Three parishes in Alexandria joined forces to purchase a
refrigerated food truck to help diocesan Catholic Charities keep up with the
demand for food among the diocese’s neediest. With this second truck, the St.
Lucy Project will be able to pick up and deliver food donations.
Father Thomas Ferguson, moderator of the curia and pastor of Good
Shepherd Church in Alexandria, blessed the food truck Oct. 29. Father Ramón Báez,
parochial vicar at Good Shepherd Church and Father Matthew Zuberbueler, pastor
of St. Louis Church in Alexandria, assisted.
“The new truck allows us to do multiple food drives throughout the city and have multiple vehicles to pick up and distribute the food.”
“It’s brought so many people to get us to this day of blessing,
but the real connection, the real communion this project is to bring about” is
only beginning today, said Father Ferguson.
The food truck, which already has handled 62,000 pounds of food,
hit the streets in July. Their fleet of two vehicles and a van is supplemented
by rental trucks.
Four parishes hosted food drives last weekend for St. Lucy
Project, something Art Bennett, president and CEO of diocesan Catholic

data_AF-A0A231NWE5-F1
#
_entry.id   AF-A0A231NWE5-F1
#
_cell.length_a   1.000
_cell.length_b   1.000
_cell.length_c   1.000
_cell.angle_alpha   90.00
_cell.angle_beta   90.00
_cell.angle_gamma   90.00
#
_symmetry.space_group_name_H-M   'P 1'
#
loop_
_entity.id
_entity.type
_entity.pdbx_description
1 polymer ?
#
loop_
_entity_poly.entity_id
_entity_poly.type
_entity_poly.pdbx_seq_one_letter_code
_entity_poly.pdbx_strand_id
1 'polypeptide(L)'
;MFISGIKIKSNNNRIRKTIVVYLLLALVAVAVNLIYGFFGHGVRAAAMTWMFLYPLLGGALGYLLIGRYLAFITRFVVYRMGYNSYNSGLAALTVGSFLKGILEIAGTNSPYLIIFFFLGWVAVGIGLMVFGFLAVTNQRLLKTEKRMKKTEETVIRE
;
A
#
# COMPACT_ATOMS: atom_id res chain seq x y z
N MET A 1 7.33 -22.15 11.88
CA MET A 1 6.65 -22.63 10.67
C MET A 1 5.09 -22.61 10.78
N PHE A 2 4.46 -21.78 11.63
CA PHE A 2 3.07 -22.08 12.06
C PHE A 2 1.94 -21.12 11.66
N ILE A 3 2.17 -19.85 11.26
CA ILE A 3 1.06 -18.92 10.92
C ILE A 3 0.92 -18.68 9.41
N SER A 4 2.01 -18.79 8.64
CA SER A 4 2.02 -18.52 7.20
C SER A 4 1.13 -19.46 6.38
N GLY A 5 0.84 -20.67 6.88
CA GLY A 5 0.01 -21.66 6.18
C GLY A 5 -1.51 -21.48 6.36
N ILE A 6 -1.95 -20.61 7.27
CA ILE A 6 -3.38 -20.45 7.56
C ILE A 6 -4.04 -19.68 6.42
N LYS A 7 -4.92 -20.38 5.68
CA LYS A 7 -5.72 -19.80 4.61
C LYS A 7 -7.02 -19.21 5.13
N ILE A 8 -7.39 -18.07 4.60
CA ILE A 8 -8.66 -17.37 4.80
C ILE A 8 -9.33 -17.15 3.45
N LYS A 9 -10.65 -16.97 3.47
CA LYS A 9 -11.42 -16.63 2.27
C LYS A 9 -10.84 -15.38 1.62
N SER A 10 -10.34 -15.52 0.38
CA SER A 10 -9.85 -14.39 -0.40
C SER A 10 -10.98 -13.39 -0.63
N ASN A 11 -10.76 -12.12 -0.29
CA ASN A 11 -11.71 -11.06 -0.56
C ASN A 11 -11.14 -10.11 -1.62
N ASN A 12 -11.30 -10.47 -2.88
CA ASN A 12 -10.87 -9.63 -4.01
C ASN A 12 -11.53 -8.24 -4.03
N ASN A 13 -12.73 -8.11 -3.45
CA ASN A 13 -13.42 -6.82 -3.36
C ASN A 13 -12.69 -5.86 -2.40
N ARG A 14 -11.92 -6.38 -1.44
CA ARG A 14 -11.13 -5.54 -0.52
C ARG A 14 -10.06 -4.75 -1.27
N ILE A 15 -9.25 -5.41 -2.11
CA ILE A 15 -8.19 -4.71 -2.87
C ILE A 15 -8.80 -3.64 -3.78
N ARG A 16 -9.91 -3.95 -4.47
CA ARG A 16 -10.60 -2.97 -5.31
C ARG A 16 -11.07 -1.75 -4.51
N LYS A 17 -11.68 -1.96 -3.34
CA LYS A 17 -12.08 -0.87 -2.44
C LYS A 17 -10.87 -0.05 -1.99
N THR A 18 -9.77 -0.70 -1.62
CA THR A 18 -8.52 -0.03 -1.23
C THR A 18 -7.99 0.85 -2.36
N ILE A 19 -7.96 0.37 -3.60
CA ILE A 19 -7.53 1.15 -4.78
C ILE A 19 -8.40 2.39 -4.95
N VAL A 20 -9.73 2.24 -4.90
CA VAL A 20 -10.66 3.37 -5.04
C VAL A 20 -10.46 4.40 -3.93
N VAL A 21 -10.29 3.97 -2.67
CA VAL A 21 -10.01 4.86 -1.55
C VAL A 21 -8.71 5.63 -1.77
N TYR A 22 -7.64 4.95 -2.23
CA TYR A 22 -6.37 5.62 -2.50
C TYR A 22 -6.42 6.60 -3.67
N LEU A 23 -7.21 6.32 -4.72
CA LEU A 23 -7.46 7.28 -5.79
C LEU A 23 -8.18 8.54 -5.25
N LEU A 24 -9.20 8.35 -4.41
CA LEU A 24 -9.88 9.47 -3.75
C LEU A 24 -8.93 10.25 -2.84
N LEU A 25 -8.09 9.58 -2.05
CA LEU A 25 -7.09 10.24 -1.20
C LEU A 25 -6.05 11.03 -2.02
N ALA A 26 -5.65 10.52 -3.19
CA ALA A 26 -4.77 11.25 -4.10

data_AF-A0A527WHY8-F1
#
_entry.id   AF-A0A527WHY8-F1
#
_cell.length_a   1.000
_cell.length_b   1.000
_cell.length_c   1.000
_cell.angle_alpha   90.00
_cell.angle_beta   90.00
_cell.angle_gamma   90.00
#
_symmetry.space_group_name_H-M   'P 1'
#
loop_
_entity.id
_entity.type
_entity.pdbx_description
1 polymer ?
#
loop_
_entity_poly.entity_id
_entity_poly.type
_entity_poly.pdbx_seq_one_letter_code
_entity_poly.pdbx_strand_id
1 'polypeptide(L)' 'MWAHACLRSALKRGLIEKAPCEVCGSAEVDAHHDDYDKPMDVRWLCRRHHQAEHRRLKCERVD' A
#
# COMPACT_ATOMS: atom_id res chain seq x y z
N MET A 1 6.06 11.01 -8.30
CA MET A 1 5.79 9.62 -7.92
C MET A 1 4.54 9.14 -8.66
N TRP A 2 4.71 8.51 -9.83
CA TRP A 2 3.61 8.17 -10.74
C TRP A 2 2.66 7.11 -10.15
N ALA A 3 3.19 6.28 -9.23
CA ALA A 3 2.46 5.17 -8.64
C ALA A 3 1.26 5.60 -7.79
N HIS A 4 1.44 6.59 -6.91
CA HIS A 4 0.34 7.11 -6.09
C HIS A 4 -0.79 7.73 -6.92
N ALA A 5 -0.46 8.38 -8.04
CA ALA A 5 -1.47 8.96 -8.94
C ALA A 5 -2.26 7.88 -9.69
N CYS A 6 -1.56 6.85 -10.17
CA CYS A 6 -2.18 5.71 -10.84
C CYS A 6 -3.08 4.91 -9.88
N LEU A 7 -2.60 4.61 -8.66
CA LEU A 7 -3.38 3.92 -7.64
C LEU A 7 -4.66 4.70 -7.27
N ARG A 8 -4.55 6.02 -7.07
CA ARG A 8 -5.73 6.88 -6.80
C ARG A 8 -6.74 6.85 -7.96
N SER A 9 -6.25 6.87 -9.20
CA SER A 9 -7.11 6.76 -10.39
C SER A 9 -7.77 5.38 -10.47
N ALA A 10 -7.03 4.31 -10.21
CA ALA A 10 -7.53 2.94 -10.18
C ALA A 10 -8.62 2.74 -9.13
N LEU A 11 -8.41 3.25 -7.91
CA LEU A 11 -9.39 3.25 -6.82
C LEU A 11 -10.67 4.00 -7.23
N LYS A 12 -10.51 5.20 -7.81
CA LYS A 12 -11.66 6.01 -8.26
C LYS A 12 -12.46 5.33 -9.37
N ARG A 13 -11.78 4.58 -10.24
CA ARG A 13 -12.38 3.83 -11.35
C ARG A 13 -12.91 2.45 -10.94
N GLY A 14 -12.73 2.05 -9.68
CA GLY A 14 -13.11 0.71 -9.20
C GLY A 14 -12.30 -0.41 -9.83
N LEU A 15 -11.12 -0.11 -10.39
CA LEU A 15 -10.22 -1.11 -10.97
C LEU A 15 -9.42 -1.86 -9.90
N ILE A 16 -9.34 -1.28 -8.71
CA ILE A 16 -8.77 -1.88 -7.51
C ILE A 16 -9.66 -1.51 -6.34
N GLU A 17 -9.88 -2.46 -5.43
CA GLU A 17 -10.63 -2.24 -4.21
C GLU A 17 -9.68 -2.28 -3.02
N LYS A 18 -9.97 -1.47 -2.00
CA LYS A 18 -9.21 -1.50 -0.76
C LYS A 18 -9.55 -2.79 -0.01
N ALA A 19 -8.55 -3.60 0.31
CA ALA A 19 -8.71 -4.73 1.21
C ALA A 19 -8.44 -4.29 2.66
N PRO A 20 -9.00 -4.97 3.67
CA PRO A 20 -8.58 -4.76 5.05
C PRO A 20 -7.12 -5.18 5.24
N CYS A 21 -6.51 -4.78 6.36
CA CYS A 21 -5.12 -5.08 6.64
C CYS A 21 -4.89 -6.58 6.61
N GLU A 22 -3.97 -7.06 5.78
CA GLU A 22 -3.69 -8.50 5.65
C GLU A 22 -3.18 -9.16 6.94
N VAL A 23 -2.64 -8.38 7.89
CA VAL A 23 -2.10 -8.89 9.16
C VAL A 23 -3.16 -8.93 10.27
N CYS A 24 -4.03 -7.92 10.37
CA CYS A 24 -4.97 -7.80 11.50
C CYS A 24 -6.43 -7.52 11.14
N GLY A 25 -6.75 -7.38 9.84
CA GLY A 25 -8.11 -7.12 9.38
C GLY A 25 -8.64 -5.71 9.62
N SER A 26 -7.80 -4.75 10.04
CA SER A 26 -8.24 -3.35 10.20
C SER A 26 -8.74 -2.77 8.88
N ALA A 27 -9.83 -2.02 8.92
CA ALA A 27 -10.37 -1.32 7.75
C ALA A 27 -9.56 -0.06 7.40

Charities, calls unprecedented for the diocesan food distribution network.
Good Shepherd, St. Louis and St. Mary Church in Alexandria collaborated
to buy the used truck from Keany Produce. Each parish set aside funds to
support the operation of the truck on a yearly basis.
“Our family is very happy we can be supportive and help in some
way the tremendous initiative of Catholic Charities,” said Kevin Keany, a
partner in Keany Produce and parishioner at Good Shepherd.
Shane Mullins, parts director at Sheehy Ford in Springfield where
the truck was retrofitted, said the dealership plans to hold food drives to
support the St. Lucy Project.
Claudia Fiebig, pastoral associate at Good Shepherd, said the
partnership between parishes and involving local businesses helps increase
awareness of and support for the project.
“It’s important for our three parishes and this diocese to meet
the needs of the food insecure,” she said. “We’re looking at this as a possible
model for other clustered parishes to see a need and work together with
Debra Beard, volunteer coordinator for the St. Lucy Project, said
the newest truck provides a way to meet the demands of picking up food during
the week and from food drives.
The original truck, donated by St. John Neumann Church in Reston,
was used during the week to cover the eastern part of the diocese in addition
to helping with food pickups for Bread for Our Brothers, a partnership between
the Mount Vernon Knights of Columbus and St. Louis to deliver unsalable bread
products to food pantries, shelters and churches.
“The new truck allows us to do multiple food drives throughout
the city and have multiple vehicles to pick up and distribute the food,” said
The truck is parked in one of the three parish lots each Sunday. St.
Lucy Project determines where to park it on the fourth Sunday. The Knights are responsible
for getting the truck to where it needs to be, according to Fiebig.
One of the goals of the multi-parish collaboration is to bring
more awareness to the St. Lucy Project and to get food donations where they are
most needed most efficiently.